Treat for pa­tients and prayer book is lost and found

Rochdale Observer - - NOSTALGIA -

HERE in this weekly fea­ture we take a look back at the Rochdale Ob­server from 100 years ago...


Ring­ing cheers re­sounded from the wards of the Rochdale In­fir­mary last night in ap­pre­ci­a­tion of all who had con­trib­uted to mak­ing such a suc­cess of the an­nual tea and en­ter­tain­ment to the pa­tients.

If they did not dis­pel the murky mist, the damp­ness, and dis­agree­able­ness of the town with­out, did give ev­i­dence of the at­mos­phere de­sired by Dr C B Slater in­side.

Dr Slater cre­ated a new beat­i­tude: “Blessed are the hope bringers, for they are the saviours of men.”

She recog­nised the value of hope in such an in­sti­tu­tion and that was why she could join in the thanks to the Mayor, the ladies, and all the oth­ers who had as­sisted.

The tea pro­vided, as she said, more than food for the body: the good spirit in which it was given cre­ated a most nec­es­sary at­mos­phere, feed­ing and build­ing up the mind and the spirit, thus en­abling the pa­tients to ben­e­fit greatly from their stay in the in­fir­mary.


The old cus­toms die hard, al­though it was very dif­fi­cult this week to wish a “happy” new year.

In most cases, the ver­bal greet­ing was qual­i­fied, but the num­ber of let­ters and cards which went through the post of­fice in Rochdale was nearly as nu­mer­ous as in the other years of war.

At the cen­tral of­fice on Mon­day night, in­deed, both the letter and the par­cel de­part­ments were busy and the in­com­ing as well as the out­go­ing mails were heavy.

As dur­ing the pre­vi­ous week­end, the traf­fic was smoothly dealt with and there was no delay in any section.

In front of the counter yes­ter­day, there were plenty of peo­ple.

Be­yond or­di­nary busi­ness, there was the re­newal of li­cences and in the sav­ings bank depart­ment it was no­ticed the as­sis­tants had lit­tle rest. ●●TWICE LOST AND RE­COV­ERED, A PRAYER BOOK FROM THE BAT­TLE­FIELD

In a letter to the Rev G R Oak­ley, vicar of Dearn­ley, pub­lished in the St An­drew’s Par­ish Magazine for this month, Cor­po­ral Ron­ald Nut­tall of that dis­trict, who is now in hospi­tal, tells and in­ter­est­ing story of the loss and re­cov­ery of a prayer book.

He said: “You re­mem­ber the prayer book you gave me when I en­listed?

“I took it France with me and when I got wounded on July 26, it got lost.

“It was found later on by a Leeds man called Bass. He ev­i­dently car­ried it and lost it.

“The next man to find it was a Pri­vate Beswick of the Manch­esters on Oc­to­ber 17.

“He car­ried it out of the line and showed it to his chum James Lay­cock of Smithy Bridge.

“James is a friend of mine and he recog­nised my own and your name.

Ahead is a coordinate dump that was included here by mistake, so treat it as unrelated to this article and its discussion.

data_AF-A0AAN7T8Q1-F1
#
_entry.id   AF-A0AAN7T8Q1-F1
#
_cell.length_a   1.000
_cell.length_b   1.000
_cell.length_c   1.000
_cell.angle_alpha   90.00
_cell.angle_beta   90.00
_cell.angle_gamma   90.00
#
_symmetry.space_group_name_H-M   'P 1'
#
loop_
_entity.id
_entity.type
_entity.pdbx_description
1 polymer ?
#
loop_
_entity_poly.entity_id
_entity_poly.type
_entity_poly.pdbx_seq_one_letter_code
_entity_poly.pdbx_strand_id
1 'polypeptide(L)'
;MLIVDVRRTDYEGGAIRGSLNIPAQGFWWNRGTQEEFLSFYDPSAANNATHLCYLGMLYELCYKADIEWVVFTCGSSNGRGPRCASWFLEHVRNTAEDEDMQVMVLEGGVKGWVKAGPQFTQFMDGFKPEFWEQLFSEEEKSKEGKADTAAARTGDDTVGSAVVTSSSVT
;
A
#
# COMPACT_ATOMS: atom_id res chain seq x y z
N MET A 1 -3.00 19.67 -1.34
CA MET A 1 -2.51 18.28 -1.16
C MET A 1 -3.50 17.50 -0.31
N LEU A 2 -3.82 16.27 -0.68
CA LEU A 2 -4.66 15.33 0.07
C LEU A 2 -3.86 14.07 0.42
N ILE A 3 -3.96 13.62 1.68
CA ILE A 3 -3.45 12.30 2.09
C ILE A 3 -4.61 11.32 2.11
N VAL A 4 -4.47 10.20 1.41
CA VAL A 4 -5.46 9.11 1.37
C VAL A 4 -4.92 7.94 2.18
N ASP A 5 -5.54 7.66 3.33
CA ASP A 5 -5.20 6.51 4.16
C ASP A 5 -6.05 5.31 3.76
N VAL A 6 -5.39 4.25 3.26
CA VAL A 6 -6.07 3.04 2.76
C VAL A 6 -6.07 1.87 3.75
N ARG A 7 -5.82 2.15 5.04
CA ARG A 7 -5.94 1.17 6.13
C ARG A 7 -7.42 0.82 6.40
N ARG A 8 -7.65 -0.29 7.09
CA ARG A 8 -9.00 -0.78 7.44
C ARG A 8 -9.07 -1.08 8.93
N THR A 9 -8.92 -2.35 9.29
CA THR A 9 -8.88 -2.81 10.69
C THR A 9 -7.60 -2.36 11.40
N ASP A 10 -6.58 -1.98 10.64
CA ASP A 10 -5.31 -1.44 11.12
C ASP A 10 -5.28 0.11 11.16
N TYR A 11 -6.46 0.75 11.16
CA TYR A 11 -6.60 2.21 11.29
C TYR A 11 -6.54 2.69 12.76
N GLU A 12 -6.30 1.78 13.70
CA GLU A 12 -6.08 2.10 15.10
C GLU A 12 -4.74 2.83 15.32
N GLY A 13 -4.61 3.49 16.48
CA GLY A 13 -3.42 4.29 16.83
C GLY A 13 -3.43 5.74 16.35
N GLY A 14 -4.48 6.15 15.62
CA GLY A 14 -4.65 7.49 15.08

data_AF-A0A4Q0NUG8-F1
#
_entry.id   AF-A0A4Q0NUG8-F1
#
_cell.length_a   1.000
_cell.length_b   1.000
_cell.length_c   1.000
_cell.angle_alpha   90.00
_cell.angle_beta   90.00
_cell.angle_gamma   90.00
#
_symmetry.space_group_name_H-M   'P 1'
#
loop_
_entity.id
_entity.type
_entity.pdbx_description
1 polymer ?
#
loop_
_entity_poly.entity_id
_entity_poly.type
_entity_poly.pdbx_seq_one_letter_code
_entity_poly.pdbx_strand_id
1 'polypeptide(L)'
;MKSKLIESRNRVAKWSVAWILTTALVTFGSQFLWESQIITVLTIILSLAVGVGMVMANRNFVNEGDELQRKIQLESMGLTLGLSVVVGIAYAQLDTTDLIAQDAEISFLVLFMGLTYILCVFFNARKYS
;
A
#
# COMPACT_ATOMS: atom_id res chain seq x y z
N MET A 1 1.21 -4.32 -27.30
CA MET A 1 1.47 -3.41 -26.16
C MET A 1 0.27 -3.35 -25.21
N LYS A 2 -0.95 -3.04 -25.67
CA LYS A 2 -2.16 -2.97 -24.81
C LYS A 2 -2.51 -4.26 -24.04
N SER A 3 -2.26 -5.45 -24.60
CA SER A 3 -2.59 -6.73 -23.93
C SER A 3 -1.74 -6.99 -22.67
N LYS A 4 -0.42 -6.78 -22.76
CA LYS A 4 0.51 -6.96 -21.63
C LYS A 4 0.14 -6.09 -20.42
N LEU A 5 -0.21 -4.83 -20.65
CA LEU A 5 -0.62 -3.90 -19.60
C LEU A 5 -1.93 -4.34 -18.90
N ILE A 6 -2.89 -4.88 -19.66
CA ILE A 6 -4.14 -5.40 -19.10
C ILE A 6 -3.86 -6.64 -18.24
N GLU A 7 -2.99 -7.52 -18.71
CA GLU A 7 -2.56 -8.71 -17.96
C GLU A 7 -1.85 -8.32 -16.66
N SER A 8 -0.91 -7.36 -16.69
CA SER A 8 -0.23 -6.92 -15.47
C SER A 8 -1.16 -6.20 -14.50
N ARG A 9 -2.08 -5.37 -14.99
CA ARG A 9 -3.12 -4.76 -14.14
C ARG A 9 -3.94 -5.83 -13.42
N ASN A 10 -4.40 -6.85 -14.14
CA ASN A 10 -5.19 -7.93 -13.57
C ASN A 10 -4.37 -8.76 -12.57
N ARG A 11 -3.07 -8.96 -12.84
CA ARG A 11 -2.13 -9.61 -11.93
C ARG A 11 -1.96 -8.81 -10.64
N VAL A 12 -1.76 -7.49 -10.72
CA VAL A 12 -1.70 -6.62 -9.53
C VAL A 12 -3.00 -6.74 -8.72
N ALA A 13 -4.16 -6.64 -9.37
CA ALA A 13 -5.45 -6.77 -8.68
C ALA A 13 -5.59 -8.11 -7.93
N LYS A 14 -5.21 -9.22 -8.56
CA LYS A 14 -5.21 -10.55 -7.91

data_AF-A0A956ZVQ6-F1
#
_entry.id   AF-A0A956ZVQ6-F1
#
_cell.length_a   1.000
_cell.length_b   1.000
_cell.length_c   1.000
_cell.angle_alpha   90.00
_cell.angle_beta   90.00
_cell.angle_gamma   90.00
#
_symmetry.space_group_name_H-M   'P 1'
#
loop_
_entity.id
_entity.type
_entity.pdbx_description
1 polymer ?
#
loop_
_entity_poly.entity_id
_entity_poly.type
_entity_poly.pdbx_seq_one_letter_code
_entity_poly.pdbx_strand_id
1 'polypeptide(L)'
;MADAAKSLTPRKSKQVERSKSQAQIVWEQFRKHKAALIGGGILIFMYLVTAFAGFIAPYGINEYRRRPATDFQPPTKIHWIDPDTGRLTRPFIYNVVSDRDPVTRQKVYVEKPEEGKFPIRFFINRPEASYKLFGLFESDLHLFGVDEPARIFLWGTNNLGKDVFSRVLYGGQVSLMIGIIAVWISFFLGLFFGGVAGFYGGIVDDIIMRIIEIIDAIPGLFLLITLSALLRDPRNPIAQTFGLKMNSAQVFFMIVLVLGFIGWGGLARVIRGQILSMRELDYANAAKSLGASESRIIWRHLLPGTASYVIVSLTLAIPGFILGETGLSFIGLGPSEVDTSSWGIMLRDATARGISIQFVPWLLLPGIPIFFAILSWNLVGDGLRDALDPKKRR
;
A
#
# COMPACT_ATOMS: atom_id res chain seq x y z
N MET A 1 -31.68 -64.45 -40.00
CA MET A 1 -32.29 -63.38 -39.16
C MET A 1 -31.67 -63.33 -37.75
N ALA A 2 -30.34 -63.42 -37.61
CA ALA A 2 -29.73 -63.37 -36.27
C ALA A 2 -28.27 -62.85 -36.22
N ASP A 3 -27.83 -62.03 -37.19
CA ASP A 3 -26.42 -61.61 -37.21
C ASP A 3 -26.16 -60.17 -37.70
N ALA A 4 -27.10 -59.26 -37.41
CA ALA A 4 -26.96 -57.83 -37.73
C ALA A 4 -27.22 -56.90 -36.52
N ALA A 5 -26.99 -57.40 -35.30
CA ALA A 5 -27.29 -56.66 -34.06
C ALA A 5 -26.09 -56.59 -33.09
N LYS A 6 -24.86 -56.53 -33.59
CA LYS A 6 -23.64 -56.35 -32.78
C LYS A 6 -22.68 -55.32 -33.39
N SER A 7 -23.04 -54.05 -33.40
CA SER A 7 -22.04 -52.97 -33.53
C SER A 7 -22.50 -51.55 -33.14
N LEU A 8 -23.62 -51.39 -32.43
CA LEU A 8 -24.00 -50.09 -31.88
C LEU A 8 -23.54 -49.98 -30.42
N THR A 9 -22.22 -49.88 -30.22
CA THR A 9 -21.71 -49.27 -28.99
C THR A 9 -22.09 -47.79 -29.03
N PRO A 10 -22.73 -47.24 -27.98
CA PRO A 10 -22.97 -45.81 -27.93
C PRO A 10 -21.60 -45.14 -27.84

“His friend there­fore gave him the book to send home to Lay­cock’s fa­ther, who, in turn, took it to my brother.

“He gave it to Doris and she sent it to me.

“The beauty of the thing is that each man as he got the book wrote on one of its front pages his name and num­ber and when and where it was found.”


At the be­gin­ning of the new year, one in­stinc­tively prays that this will be the last year of war.

I heard the news of my young kins­man’s “cruel end,” I saw the hope­less grief of the poor mother, cui bono, my very soul cried out, why this aw­ful waste?

Later on, I was some­what con­soled in read­ing some brave verses writ­ten last year by the young soldier who is to be reck­oned now among the ‘Happy war­riors.’

“Clear came the call: they leapt to arms and died.

“As in old days the he­roes prayed to do:

“Great tho’ our sor­row, greater yet our pride,

“O gal­lant hearts, in you.

“Surely they sleep con­tent, our valiant dead,

“Fallen un­timely in the sav­age strife:

“They have but fol­lowed whither duty led “To find a fuller life. “Who then are we to grudge the bit­ter price

“Of this, our land in­vi­o­late through the years

“Or mar the splen­dour of their sac­ri­fice

“That is too high for tears?”

May those flow­ing words bring com­fort to some af­flicted soul.


Pri­vate Robert Collinge of the Lan­cashire Fusiliers died of wounds in hospi­tal abroad on De­cem­ber 11.

His home was at 69 Ash­worth Street, Rochdale.

Pri­vate Collinge was of­fi­cially associated with the Church of the Good Shep­herd.

Pri­vate Regi­nald Lord of the Manch­esters, el­dest son of Mr Joseph Lord, 27 Mill­gate, Small­bridge, died of wounds on De­cem­ber 13.

●●Some of the ad­ver­tise­ments that ap­peared in the Rochdale Ob­server in 1918

●●Pri­vate Robert Collinge and Pri­vate Regi­nald Lord died of their wounds

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